1. sprirj
    Offline

    sprirj Contributing Member

    Joined:
    Feb 2, 2009
    Messages:
    523
    Likes Received:
    158

    What happens when you don't get published?

    Discussion in 'General Writing' started by sprirj, Jul 8, 2015.

    I'm writing a sure fire best seller, so is everyone here right? Well what if...that thing you have been spending every free moment of your life working on, when you could have been doing better things like completing pacman (insert trendy game here)... Is a waste of time?

    Do you accept that it won't be read by millions or even an agent? Do you turn to some other project/idea? Or is this goddamn book so important you will flog it like a cheap Amsterdam whore in the red lights of Amazon?

    I don't think I could suffer this pain for the rest of my life. I'd want some kind of reward (or award).
     
  2. Mattiemae
    Offline

    Mattiemae Member

    Joined:
    Jul 7, 2015
    Messages:
    45
    Likes Received:
    8
    Location:
    Netherlands
    I think all you can do is give it your best shot. That's the risk we take. I think if you've already spent a certain amount of time on it, and you feel you can't do anything more, it's just time to throw it out there and see what happens. If it's a flop you just know to learn from your mistakes, and try something new.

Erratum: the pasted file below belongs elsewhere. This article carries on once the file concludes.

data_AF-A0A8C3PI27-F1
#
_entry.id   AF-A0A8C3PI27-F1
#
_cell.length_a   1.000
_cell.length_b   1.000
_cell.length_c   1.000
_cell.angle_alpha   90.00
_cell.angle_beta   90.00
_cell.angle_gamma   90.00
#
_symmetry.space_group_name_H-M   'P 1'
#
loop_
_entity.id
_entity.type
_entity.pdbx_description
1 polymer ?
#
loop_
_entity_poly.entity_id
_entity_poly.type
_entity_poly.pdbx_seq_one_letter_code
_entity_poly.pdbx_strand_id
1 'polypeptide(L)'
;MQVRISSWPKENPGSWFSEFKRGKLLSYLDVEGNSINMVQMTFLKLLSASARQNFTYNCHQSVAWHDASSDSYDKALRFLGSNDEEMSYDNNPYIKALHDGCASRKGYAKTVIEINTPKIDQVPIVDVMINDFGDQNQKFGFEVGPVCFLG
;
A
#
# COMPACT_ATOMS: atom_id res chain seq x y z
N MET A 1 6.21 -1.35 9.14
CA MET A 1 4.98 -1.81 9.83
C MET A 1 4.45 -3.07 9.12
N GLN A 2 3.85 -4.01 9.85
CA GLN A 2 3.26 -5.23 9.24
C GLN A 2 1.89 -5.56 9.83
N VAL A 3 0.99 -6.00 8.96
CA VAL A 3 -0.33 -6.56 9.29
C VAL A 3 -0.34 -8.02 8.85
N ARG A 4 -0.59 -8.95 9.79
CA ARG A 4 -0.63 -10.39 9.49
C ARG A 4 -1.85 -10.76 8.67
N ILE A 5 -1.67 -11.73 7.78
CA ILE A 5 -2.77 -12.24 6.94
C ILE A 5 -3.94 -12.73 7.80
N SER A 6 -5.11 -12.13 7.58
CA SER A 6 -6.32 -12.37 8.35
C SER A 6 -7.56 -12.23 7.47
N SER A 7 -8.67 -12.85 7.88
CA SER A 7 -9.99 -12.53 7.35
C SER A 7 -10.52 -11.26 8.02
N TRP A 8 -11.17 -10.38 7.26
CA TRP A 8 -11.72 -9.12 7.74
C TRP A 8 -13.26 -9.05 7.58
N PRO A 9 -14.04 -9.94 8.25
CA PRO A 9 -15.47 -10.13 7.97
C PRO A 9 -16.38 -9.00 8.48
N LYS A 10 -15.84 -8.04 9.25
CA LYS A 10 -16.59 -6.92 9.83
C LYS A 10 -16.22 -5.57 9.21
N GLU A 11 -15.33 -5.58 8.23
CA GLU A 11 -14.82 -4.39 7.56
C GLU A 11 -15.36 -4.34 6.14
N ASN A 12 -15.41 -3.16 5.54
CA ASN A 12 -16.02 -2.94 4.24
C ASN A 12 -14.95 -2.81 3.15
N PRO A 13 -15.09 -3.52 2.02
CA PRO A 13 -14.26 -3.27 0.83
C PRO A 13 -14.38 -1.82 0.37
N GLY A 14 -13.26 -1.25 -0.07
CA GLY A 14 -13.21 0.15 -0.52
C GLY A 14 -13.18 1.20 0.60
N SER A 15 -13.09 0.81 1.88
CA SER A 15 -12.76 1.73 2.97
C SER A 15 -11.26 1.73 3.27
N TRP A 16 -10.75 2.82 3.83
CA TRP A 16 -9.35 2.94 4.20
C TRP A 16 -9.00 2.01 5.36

Ivana likes this.
  3. Ivana
    Offline

    Ivana Contributing Member

    Joined:
    Jan 21, 2015
    Messages:
    255
    Likes Received:
    126
    Location:
    Far side of Unatsu
    I think what you can do now is finish it and give it away to a lot of beta readers. If they are delighted, then sure, send it out to agents. If not, well, you can polish it and send it out anyway. :D The important thing is that you love it.
    My problem is even more tiresome: I finished the novel, gave it away to more than 20 beta readers who all loved it (at least they say so :D ), but I can't send it to agents because the book is not written in English (there are no agents for my language and basically no publishing industry at all in my country). I don't write well enough in English to try and translate it by myself, and there's no money for the translation... :bigmeh:
    But I started to work on something new, hoping that eventually something will come up. So there are always some obstacles out there, but we must have faith and remain positive, right? ;)
     
  4. GuardianWynn
    Offline

    GuardianWynn Contributing Member Contributor

    Joined:
    Nov 12, 2014
    Messages:
    2,085
    Likes Received:
    671
    I think it is very useful to not think about the reward. Or to think the reward is writing it not publishing it.

    Don't me wrong. I want mine read too and published and all that jazz. Probably the third best feeling ever. (First and second I reserve for finding the love of my life and having children with her.)